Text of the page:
Banarasi sarees definitely need no new introduction……..a rich woven fabric has been in existence in our country since the Mughal Era. But IFP does want it’s readers to know more about this glorious saree.
Banarasi sarees as the name suggests did originate in the city of Varanasi or Benaras to the locals. Banarasi sarees are usually woven out of the finest silks and have been the most sought after saree for weddings in the north-east part of India. Till date it is considered to be an integral part of any Indian bride’s trousseau. These rich silks have been passed down from one generation to another in many households.
The motifs range from florals, birds, paisley, buttis to leaves and a single silk saree can even take upto 6 months to be woven. Silk jamdani, jangla, jamawar tanchoi, and tissue are some of the types of banarasi sarees available today. These days the banarasi motif is also available in chiffon as well as georgettes so that women can wear it in their day-to-day life.
The silk Jamdani, is a variety of brocade woven in Banaras may be considered to be one of the finest products to come out of the Banarasi loom. Here silk fabric is brocaded with cotton and rarely with zari threads. Some of the traditional motifs of Jamdani included Chameli (Jas mine), panna hazar (Thousand emeralds) genda buti (marigold flower)pan buti (leaf form) tircha (diagonally striped) etc.
Jangala is one of the oldest form of a banarasi saree & also the most preferred during weddings. Jal Jangla design have golden or silver creeper motifs spread across the saree with a heavy border & pallu. Meena work can also be used on the Jangla to make it fit for bridal wear.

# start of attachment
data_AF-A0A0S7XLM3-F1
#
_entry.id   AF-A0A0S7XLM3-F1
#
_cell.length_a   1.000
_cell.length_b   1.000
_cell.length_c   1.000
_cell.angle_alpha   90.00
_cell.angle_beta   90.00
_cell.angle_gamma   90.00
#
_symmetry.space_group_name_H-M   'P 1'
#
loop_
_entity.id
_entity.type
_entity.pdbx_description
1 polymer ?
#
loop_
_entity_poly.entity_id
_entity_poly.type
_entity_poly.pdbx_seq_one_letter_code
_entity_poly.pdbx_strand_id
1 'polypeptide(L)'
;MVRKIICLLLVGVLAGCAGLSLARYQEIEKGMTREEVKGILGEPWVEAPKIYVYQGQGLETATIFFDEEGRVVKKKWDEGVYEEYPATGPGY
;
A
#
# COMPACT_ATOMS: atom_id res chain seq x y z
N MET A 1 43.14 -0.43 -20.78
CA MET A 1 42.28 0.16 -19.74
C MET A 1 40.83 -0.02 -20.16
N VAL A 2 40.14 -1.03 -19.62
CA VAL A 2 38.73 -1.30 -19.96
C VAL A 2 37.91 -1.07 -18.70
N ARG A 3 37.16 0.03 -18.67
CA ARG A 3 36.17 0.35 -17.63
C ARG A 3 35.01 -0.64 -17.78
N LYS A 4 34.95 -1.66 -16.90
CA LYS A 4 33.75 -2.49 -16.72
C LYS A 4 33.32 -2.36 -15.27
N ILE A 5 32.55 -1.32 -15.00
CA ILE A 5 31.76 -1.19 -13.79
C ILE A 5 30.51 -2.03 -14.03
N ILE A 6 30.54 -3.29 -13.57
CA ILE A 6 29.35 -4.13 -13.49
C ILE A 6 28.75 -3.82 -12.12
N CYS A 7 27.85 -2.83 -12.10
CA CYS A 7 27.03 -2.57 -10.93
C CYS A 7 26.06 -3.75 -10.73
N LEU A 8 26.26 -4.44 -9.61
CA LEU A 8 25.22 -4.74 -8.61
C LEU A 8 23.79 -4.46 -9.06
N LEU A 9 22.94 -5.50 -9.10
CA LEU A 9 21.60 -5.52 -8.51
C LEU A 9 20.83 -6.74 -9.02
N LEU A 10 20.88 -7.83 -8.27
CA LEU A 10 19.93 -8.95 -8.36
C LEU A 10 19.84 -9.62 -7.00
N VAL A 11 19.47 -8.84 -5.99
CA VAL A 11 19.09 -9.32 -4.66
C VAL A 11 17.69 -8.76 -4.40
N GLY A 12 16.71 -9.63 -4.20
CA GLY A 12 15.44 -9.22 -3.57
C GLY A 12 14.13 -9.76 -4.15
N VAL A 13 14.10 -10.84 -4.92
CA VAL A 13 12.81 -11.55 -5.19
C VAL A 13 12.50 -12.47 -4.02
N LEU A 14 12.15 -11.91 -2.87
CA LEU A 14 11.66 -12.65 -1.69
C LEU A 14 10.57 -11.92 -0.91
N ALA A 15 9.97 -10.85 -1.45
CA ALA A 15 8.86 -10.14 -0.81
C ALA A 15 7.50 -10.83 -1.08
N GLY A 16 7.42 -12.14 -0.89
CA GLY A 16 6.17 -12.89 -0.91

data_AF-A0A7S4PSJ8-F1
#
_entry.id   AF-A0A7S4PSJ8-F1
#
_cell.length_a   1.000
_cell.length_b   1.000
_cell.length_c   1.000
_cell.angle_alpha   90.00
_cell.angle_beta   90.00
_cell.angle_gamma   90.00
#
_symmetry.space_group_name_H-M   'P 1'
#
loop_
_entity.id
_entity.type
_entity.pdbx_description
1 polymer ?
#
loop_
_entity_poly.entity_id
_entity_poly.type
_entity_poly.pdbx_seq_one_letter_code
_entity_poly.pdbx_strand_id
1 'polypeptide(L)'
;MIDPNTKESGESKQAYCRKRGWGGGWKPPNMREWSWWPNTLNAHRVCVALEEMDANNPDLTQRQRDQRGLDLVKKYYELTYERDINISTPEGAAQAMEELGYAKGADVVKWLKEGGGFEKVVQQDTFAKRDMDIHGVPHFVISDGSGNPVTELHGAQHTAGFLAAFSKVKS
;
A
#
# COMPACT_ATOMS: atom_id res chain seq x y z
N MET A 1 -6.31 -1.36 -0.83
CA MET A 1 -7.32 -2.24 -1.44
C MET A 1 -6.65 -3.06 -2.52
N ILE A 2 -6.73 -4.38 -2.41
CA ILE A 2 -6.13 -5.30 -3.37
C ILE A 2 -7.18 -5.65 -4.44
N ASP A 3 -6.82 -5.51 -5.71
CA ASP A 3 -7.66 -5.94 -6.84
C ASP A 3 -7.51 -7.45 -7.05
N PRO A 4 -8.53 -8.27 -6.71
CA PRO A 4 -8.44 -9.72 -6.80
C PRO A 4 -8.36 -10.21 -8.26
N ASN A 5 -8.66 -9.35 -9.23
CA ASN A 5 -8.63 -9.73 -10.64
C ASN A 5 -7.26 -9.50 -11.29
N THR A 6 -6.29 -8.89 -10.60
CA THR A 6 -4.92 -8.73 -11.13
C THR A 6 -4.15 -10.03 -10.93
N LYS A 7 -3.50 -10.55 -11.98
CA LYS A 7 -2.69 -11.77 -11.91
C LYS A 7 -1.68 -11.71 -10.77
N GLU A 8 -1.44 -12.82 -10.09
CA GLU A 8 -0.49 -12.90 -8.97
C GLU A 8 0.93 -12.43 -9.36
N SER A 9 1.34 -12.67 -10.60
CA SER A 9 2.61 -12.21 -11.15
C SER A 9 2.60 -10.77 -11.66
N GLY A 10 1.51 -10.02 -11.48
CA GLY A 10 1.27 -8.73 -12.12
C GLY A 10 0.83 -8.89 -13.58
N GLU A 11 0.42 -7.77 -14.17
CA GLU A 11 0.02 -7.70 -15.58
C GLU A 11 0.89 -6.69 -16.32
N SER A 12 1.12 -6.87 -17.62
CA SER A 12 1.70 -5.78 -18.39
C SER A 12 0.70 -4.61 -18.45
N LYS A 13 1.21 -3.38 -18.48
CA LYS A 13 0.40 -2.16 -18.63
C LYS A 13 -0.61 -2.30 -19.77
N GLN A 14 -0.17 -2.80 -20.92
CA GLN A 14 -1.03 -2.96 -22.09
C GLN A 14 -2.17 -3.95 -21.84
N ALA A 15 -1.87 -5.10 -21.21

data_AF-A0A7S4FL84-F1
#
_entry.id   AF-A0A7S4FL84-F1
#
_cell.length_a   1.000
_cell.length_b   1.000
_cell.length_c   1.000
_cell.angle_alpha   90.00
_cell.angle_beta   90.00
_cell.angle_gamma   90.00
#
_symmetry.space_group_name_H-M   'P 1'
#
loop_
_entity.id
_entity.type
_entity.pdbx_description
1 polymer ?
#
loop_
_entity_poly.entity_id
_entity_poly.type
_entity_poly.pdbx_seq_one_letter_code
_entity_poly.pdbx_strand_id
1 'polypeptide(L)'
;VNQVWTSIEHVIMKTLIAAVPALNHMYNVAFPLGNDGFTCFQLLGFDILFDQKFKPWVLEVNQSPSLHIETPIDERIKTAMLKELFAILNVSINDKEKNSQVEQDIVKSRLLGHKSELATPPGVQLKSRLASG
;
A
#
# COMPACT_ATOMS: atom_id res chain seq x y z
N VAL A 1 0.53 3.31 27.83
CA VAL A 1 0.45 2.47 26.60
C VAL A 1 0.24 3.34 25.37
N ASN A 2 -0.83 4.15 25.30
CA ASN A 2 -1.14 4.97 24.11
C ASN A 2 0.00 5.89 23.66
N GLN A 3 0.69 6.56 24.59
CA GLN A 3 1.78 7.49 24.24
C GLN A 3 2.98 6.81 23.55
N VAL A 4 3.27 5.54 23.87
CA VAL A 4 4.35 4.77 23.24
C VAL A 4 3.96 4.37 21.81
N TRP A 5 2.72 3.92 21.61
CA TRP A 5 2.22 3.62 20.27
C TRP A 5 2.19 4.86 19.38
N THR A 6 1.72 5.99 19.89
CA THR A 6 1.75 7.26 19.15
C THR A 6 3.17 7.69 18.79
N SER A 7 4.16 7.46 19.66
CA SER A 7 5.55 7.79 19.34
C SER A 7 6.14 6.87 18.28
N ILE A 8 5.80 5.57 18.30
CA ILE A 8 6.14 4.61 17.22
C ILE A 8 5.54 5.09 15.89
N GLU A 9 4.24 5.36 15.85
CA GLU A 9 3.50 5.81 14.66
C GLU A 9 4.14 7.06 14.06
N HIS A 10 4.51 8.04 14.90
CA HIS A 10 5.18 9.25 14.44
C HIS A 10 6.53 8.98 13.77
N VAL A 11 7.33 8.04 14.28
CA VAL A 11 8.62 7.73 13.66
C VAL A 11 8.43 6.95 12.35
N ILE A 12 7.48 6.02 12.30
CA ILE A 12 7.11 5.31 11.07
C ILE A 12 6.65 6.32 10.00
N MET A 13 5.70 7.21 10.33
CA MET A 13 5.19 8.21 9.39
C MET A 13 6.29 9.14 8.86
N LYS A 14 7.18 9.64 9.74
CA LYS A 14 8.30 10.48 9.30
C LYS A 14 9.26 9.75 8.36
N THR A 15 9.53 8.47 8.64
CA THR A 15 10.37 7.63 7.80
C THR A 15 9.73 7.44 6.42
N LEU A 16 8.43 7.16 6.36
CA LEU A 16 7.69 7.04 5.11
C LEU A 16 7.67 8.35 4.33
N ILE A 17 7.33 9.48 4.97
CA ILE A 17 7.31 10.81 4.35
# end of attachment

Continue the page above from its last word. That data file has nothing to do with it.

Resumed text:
Jamawar Tanchoi is a form of banarasi brocade where 2 or more coloured silk threads are used to create the multicolour effect in a saree. Tanchoi is also used to create bridal lehengas by Indian designers.
The renowned Zari brocade weavers of Banaras has evolved a technique of weaving tissue material which looked like golden cloth. Tissue saris are most popular as wedding saris among the affluent. Tissue sari has glazed, shining character due to the use of real gold Zari/Silver Zari and are ornamented with the particulars traditional design such as Jangla Butidar, Shikargah menadar etc.
Any Indian designer who makes Bridal wear uses Banarasi silk to create that rich effect in their troussea collection. BAnarasi silk is also widely used to make men’s wedding achkans. Even our celebrities love to wear this silhouette on the red carpet and here is a look at how they rock in a Banarasi saree……..
Christian Dior V.P. India – Kalyani Chawla
Photo Courtesy : Style&sparkle, Indiatimes